While her yapping opponents attempt to be all things to all people, Healey is the only candidate who promises to keep the state and its cities and towns on an even fiscal keel. Her position on all manner of social issues, whether it's the death penalty and stem cell research (in favor), or gay marriage and in-state tuition for illegal immigrants (opposed), puts her squarely in the mainstream of public opinion statewide.
The Republican candidate is right on the money, too, when she talks about the buzz heard on Beacon Hill over the prospect of having a Democrat in the corner office. We can hear it as well.
Don't kid yourself. There is no possible way Deval Patrick can fulfill the promises made to the public employee unions and various special interest groups without raising taxes. And anyone who believes that by refusing the voters' mandate to lower the income tax rate, Patrick and his fellow Democrats can lower your property taxes, is simply not living in the real world.
Healey promises to maintain the fiscal discipline imposed by the current governor, Mitt Romney, that turned a crippling budget deficit into a surplus - one the Democratic legislature is determined to spend as quickly as possible. The thought of returning that money to the taxpayers who earned it doesn't even enter lawmakers' minds.
"The only way to rein in spending on Beacon Hill is to take the money off the table," Healey told Eagle-Tribune editors during a meeting last week. And she's right.
Patrick and the legislative leadership would defy the 2000 voter mandate to reduce the income tax rate from the current 5.3 percent to 5 percent. They need that money - and a lot more - to fund the millions of dollars worth of earmarked spending legislators approved earlier this year over Romney's veto, along with the estimated $8 billion worth of new programs contained in the Patrick plan for the Bay State.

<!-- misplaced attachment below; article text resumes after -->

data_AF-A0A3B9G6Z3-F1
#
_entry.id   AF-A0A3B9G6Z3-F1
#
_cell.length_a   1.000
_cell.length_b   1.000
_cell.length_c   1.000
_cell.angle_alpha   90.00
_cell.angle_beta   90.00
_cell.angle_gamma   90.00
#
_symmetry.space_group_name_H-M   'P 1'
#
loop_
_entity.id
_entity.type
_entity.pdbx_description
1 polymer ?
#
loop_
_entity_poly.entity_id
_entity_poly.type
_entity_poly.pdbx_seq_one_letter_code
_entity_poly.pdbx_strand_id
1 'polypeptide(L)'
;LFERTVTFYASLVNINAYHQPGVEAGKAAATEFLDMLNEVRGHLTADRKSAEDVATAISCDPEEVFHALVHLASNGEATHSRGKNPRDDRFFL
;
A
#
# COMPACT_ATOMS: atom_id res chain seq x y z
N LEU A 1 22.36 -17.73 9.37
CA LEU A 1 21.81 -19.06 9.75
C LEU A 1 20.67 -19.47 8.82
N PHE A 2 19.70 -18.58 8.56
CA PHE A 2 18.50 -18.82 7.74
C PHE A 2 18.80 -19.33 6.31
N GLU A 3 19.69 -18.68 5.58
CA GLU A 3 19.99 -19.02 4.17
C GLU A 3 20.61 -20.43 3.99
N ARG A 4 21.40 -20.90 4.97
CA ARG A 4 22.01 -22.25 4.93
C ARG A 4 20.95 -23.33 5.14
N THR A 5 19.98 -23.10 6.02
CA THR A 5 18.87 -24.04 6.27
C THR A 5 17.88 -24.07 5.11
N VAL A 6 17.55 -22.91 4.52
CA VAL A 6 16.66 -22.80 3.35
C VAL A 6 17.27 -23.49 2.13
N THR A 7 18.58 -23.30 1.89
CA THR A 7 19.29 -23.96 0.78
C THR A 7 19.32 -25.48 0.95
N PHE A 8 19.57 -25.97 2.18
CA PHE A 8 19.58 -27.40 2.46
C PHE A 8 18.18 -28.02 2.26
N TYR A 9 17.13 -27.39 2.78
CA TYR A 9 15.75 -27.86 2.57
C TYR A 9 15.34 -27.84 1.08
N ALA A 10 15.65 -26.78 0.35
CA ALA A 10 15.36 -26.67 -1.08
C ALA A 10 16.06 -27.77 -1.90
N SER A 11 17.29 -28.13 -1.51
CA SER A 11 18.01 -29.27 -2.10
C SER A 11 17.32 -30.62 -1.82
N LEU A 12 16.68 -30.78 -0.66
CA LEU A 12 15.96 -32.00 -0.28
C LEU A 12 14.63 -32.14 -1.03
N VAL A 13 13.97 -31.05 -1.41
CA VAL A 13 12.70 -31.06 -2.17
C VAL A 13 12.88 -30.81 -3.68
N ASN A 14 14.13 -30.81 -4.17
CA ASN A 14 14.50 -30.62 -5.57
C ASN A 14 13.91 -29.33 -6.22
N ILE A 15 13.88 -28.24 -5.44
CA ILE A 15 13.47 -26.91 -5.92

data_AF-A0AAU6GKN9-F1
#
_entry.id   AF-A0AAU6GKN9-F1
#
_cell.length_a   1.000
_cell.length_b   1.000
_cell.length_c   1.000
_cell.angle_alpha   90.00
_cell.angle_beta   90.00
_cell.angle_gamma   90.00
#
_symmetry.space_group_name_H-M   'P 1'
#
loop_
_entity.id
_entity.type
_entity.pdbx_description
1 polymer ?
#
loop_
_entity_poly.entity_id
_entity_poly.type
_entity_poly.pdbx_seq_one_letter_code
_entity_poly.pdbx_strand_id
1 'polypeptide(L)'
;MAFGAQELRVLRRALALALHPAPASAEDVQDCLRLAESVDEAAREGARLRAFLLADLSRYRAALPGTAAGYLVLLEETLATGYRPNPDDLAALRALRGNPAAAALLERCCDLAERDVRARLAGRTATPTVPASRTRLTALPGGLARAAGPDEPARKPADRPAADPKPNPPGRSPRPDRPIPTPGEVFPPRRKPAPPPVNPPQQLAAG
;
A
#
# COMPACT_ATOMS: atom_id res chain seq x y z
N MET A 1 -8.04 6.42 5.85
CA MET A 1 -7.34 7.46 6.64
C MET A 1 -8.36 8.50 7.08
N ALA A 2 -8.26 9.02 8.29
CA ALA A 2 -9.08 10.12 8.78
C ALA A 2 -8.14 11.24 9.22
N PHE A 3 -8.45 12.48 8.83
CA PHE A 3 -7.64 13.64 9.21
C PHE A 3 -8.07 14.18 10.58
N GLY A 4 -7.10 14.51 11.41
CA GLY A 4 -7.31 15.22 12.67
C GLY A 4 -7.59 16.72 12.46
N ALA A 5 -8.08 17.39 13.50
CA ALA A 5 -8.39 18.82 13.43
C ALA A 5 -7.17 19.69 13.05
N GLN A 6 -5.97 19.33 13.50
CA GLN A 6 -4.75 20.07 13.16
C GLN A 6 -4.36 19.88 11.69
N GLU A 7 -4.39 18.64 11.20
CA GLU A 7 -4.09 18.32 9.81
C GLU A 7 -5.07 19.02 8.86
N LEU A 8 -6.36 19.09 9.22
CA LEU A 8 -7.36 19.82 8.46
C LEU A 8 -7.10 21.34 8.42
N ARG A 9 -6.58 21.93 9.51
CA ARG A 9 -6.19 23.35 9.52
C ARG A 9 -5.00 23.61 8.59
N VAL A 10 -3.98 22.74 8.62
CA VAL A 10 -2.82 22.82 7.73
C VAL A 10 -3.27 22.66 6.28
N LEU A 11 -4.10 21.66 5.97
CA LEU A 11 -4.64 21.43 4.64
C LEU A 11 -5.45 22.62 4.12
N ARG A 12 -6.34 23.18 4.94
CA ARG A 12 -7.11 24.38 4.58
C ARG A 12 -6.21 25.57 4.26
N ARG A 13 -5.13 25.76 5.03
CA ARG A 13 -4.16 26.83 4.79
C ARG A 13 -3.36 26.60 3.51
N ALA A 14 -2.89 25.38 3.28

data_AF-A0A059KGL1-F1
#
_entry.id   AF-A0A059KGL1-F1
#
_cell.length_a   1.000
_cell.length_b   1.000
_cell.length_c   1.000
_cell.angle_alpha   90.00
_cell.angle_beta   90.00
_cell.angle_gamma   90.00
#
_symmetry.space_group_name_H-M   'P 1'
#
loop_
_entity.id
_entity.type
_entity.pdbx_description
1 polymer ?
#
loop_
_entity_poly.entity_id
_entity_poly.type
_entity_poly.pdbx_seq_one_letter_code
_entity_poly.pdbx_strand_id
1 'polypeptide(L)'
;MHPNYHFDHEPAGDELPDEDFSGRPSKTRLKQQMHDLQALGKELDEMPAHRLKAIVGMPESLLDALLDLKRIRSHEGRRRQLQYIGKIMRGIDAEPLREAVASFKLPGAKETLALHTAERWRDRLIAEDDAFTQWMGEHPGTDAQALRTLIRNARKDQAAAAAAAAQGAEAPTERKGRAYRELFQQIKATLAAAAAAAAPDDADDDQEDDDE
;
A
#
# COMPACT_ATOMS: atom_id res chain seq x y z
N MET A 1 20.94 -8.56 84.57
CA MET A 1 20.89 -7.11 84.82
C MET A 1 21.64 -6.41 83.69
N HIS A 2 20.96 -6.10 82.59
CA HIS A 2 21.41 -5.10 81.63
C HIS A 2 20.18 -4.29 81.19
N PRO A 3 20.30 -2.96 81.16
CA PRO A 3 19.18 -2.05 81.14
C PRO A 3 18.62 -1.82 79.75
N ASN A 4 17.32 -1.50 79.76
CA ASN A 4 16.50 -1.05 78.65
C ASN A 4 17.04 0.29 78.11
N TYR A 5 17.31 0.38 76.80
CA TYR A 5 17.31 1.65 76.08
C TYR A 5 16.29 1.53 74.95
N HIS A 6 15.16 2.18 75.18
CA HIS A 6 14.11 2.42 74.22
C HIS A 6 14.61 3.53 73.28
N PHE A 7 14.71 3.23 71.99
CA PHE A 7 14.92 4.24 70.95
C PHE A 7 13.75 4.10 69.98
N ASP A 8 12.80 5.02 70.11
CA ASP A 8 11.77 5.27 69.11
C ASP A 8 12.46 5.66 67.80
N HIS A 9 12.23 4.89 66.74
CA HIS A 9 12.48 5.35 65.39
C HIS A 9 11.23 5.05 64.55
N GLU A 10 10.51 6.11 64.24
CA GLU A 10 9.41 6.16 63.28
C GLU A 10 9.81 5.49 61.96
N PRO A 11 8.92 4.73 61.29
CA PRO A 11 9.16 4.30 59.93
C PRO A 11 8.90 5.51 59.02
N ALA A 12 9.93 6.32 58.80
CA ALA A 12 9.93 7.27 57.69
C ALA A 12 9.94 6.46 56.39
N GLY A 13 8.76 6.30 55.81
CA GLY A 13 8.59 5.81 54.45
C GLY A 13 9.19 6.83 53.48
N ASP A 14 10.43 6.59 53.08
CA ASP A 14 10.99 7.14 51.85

Healey promises to be tough on crime, tough on taxes and tough on a state regulatory system that has made Massachusetts among the most difficult places in the nation to do business. You can expect just the opposite if the Democrats assume complete control of state government.
We suspect Patrick would rather avoid having to provide direct answers to the questions Healey has raised about his spending plans and willingness to bend to the will of the voters on important issues like the sanctity of Proposition 21/2. He prefers the distractions offered by independent Christy Mihos and Green-Rainbow Party candidate Grace Ross to the challenge of a one-on-one debate of the issues sought by his Republican opponent.
Healey has no such qualms about direct debate, nor would she have any problem challenging the Legislature on taxes and other pocketbook issues. Voters have a choice of keeping the state on a steady course by electing Healey, or risking the wild ride Patrick's candidacy represents.